The objective of this study was to analyze the difference in cMyBP-C levels between patients with DCM and left ventricular enlargement due to hypertension (LVEH) and controls. Moreover, the role of cMyBP-C as a biomarker in DCM was assessed.


  Methodology Top


Subjects

One hundred and twenty-two patients from the Cardiovascular Department of theFirst Affiliated Hospital of Nanjing Medical University from August 2016 to October 2017 were selected and enrolled in the study. The 122 subjects consisted of 88 patients with a LVE and 34 normal subjects serving as the control. DCM and hypertension can cause LVE; therefore, the 88 subjects with LVE were further divided into subgroups based on the etiology: either LVEH or DCM, as shown in [Figure 1].
Figure 1: Study population. LVE: Left ventricular enlargement, LVEH: Left ventricular enlargement due to hypertension, DCM: Dilated cardiomyopathy

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Inclusion criteria for patients with DCM are based on the diagnostic criteria for China's 2007 Cardiomyopathy Diagnosis and Treatment Recommendations:[5] (1) left ventricular end-diastolic diameter (LVDd) >5.0 cm (female) and >5.5 cm (male), (2) 1eft ventricular ejection fraction <45% and/or fractional shortening <25%, and (3) LVDd absolute index value >2.7 cm/m2 (left end-diastolic diameter absolute index = LVDd (cm) ÷ body surface area (BSA) and BSA (m2) = 0.0061 × height (cm) +0.0128 × body weight [kg]–0.1529). Patients with conditions that can cause myocardial damage such as coronary heart disease, valvular heart disease, congenital heart disease, alcoholic cardiomyopathy, pericardial disease, pulmonary hypertension, and neuromuscular disease were excluded from the study.

Inclusion criteria for patients with left ventricular enlargement due to hypertension is based on the 2010 Guidelines for the Prevention and Treatment of Hypertension in China,[6] that is, in the absence of antihypertensive drugs, blood pressure is measured three times on the same day, systolic blood pressure ≥140 mmHg, and/or diastolic blood pressure ≥90 mmHg. Patients with left ventricular enlargement and currently taking antihypertensive drugs can also be considered. The exclusion criteria were coronary heart disease, diabetes, congenital heart disease, valvular heart disease, pulmonary heart disease, and hyperthyroidism.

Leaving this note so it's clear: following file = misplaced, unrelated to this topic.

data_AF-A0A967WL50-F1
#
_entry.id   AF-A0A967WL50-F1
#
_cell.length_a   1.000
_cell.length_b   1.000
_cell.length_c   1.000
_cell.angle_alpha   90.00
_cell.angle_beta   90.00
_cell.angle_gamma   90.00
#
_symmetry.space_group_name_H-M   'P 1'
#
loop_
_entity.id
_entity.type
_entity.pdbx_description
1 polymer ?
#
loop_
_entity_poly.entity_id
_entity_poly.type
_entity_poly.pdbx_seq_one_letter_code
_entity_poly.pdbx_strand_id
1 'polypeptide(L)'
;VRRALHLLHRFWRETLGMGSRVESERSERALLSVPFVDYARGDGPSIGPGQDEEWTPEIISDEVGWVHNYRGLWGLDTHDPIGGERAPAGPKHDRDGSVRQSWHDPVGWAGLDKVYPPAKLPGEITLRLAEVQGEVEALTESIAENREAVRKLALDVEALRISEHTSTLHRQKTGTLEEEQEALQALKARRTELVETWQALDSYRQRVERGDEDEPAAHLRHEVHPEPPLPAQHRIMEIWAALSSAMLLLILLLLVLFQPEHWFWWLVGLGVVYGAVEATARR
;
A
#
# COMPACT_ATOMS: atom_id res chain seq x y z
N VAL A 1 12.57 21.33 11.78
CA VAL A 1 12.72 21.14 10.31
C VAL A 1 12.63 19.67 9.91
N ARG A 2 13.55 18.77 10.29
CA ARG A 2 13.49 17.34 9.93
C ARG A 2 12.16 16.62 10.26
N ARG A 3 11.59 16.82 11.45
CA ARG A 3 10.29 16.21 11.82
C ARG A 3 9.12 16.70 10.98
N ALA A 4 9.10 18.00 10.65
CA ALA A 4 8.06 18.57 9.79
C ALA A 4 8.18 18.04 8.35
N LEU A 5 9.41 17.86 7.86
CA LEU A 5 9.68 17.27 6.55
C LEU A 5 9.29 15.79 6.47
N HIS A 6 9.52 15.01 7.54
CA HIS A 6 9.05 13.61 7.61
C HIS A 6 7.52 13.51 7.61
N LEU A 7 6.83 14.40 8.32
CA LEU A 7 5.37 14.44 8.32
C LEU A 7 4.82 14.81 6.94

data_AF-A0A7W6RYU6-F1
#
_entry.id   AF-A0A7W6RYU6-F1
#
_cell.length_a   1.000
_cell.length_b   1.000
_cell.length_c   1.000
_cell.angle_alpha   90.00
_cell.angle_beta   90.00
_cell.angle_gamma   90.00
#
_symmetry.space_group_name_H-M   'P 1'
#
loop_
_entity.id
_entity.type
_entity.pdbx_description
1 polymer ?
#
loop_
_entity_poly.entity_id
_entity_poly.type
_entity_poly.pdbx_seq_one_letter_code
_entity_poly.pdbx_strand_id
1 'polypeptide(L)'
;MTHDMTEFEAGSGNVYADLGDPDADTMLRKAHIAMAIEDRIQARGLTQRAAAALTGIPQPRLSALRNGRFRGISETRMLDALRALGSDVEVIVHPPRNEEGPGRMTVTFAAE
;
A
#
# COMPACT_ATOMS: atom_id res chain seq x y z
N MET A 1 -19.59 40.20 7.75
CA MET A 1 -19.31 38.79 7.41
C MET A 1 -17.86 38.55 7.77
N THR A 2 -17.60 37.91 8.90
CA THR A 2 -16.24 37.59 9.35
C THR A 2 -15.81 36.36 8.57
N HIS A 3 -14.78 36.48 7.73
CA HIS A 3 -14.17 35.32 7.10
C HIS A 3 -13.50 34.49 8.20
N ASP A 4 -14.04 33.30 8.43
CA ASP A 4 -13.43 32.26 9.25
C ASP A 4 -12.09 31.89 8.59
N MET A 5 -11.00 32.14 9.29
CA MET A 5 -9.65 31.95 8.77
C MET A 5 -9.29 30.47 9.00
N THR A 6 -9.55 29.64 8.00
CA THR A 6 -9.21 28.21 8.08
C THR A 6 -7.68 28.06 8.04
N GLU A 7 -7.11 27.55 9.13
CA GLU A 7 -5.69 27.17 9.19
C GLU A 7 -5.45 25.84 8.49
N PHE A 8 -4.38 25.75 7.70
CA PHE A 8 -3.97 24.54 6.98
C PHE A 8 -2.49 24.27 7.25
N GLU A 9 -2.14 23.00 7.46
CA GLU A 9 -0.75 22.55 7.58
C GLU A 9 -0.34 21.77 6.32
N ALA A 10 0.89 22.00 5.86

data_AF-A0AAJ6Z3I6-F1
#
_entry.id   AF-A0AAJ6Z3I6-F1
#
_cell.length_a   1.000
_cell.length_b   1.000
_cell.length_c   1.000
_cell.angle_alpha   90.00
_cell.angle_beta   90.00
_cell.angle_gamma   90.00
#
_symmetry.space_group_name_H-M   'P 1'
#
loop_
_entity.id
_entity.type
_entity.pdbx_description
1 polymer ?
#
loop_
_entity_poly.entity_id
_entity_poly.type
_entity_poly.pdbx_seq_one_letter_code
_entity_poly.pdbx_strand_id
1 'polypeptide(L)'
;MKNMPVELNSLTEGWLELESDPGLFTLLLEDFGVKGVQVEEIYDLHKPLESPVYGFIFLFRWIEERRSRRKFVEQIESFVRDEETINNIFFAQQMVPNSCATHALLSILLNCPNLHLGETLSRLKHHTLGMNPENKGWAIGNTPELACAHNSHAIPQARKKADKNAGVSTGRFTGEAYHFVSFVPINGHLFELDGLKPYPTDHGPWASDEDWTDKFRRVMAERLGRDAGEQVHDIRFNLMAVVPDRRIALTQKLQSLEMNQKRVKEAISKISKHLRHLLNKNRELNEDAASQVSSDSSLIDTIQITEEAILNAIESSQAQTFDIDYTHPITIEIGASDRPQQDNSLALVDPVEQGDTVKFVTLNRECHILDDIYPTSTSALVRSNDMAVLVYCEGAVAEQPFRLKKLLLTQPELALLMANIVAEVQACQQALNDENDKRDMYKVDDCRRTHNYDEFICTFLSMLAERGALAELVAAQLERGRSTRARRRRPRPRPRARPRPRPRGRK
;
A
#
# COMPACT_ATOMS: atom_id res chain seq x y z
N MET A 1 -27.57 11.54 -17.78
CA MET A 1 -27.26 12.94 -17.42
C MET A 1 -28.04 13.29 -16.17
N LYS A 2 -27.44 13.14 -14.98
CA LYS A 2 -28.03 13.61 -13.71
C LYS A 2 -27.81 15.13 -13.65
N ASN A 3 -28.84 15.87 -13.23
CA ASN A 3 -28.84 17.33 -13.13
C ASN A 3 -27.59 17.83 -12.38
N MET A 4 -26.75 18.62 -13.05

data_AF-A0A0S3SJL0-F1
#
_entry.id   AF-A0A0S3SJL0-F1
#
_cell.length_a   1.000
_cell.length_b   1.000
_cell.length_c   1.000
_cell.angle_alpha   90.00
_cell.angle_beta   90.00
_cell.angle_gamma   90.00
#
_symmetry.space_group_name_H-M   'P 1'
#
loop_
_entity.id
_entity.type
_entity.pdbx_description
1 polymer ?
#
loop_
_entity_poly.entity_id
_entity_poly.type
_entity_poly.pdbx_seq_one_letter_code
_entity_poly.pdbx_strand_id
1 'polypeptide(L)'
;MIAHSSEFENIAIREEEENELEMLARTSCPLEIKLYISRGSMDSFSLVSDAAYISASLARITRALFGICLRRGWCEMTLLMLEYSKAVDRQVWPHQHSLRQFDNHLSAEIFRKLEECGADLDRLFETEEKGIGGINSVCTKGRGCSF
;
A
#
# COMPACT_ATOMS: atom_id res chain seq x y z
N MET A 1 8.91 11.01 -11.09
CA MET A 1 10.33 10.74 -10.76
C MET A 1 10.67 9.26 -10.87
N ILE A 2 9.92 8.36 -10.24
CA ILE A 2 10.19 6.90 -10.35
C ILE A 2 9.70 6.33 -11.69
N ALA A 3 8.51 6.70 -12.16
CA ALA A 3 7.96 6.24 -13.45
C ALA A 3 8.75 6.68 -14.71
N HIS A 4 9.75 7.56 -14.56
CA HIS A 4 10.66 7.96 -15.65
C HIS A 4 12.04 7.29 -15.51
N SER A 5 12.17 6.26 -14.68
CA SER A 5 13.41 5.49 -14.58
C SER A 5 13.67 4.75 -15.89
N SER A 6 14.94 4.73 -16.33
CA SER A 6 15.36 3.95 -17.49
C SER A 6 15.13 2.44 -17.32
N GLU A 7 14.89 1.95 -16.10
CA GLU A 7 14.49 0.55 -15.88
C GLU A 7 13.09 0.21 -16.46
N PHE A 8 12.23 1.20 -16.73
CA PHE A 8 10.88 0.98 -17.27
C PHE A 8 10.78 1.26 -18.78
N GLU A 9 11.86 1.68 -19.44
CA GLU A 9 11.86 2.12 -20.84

A total of 122 patients were enlisted in the study. There were 34 patients in the control group (20 males and 14 females, aged 23–73 years [46.09 ± 13.99]), and 88 patients with LVE (66 males and 22 females aged 25–75 years [50.88 ± 12.29]). The LVE group was further divided based on etiology into 57 cases of idiopathic DCM group and 31 cases of LVEH group [Figure 1].

Data collection

All participants gave informed consent and the hospital's institute committee approved the study protocol.

Gender, age, height, weight, related medical history, biochemical profile, and two-dimensional echocardiography were collected for each patient.

Echocardiography was performed by the Department of Cardiovascular Medicine of theFirst Affiliated Hospital of Nanjing Medical University with the Vivid E9 ultrasonic apparatus produced by the American EG Company. The parasternal long-axis view was used for echocardiographic measurement of the left ventricular end-diastolic diameter. The left ventricular ejection fraction was averaged over three cardiac cycles.

Specimen collection

All participants underwent a routine blood test after a 12-h fast. 5 ml of blood was collected in a blood tube. After being left for 2 h, it was centrifuged at 3000 rpm for 10 min at 4°C to obtain the upper serum and was collected into a 0.2 ml EP tube and subsequently stored at −80°C.

cMyBP-c content determination

Double-antibody sandwich method

The immunologically active cMyBP-C antibody was coated in a 96-well microplate.